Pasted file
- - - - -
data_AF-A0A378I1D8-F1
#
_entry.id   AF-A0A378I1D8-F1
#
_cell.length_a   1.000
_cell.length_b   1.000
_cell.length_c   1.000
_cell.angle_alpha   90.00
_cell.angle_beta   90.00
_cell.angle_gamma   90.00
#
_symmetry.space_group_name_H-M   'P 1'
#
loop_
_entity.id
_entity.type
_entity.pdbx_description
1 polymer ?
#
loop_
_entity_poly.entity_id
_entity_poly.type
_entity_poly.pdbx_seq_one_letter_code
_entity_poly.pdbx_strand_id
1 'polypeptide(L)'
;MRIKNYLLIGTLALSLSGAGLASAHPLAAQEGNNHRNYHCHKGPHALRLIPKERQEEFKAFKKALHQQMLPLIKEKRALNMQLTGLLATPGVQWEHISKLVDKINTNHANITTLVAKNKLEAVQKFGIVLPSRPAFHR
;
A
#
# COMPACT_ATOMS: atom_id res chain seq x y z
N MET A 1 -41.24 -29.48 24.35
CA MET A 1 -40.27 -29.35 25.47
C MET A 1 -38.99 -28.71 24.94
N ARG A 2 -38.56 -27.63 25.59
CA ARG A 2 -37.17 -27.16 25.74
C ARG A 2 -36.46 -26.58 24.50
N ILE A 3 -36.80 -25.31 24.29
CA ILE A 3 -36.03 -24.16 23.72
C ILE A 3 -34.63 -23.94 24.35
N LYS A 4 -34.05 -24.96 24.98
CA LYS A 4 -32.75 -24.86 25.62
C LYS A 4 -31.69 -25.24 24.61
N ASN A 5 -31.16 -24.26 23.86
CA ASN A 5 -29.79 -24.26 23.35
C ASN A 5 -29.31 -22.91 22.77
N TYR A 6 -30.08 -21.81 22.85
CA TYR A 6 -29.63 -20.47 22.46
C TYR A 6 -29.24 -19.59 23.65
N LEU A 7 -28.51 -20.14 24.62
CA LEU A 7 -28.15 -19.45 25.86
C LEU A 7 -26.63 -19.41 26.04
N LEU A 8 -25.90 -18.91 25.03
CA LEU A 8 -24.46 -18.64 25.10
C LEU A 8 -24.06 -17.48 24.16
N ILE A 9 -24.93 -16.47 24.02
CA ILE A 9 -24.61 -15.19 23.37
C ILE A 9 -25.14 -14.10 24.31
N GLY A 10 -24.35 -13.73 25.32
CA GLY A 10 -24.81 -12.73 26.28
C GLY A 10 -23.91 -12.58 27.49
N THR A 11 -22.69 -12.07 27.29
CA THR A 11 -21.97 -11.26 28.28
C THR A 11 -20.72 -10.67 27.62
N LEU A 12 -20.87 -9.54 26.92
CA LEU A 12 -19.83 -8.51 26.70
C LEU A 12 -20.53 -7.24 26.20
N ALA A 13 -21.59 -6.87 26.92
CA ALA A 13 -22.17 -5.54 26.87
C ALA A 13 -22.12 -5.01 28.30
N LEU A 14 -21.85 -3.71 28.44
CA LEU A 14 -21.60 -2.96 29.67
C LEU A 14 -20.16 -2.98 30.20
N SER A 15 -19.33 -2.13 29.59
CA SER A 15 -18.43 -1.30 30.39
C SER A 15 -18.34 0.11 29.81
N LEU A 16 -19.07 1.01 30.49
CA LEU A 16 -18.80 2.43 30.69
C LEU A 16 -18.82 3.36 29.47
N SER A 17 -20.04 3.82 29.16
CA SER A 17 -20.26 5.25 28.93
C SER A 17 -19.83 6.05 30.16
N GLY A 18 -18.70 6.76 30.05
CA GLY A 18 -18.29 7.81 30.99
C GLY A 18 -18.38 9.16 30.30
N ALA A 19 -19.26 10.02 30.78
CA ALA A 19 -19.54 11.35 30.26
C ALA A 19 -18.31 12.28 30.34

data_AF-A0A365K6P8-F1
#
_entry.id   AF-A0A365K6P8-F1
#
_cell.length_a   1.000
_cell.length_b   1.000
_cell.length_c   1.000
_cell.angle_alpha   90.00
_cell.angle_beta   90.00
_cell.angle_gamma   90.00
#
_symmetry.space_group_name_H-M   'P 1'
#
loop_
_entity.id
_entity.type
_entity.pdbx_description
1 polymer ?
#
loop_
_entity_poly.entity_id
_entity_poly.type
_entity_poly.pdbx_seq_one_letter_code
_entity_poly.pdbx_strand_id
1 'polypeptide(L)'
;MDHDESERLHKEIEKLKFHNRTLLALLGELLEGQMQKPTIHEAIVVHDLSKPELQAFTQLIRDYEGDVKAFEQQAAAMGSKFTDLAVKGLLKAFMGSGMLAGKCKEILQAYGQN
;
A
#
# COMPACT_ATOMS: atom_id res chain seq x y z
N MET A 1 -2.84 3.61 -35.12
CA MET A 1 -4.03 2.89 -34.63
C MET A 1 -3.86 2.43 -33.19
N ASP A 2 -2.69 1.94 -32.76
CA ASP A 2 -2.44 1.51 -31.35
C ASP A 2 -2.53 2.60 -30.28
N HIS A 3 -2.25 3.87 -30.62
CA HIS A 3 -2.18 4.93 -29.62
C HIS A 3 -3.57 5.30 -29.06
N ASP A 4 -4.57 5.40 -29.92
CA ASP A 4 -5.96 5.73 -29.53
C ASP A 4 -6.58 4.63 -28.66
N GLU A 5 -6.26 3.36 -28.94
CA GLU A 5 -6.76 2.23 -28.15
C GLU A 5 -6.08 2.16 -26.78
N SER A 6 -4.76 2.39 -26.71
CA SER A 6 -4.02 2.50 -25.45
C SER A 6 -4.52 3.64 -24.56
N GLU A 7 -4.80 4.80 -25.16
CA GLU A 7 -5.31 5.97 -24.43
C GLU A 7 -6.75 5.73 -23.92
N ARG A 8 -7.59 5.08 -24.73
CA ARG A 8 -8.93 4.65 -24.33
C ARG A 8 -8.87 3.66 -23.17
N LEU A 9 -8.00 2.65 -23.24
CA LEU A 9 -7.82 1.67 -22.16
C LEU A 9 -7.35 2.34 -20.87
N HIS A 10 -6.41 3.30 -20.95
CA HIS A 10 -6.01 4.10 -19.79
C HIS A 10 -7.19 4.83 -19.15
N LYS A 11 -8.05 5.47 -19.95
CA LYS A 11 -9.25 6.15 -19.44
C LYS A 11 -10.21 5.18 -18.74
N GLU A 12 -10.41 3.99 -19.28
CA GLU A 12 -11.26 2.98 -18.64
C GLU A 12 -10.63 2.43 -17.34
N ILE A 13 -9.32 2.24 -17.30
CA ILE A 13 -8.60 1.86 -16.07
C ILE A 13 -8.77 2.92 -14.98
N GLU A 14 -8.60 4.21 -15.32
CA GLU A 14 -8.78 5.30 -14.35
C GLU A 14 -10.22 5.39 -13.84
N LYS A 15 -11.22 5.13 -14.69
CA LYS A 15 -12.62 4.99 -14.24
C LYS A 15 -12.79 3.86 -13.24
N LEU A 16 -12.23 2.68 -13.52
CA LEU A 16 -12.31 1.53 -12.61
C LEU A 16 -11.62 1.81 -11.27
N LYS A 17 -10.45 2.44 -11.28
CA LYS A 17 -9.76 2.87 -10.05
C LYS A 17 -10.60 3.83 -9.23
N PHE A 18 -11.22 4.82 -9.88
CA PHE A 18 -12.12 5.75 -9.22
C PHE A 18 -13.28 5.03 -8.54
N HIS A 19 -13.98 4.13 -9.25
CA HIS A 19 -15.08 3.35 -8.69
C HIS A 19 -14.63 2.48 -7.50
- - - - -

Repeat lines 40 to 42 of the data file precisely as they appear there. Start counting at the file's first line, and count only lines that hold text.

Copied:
N LYS A 4 -34.05 -24.96 24.98
CA LYS A 4 -32.75 -24.86 25.62
C LYS A 4 -31.69 -25.24 24.61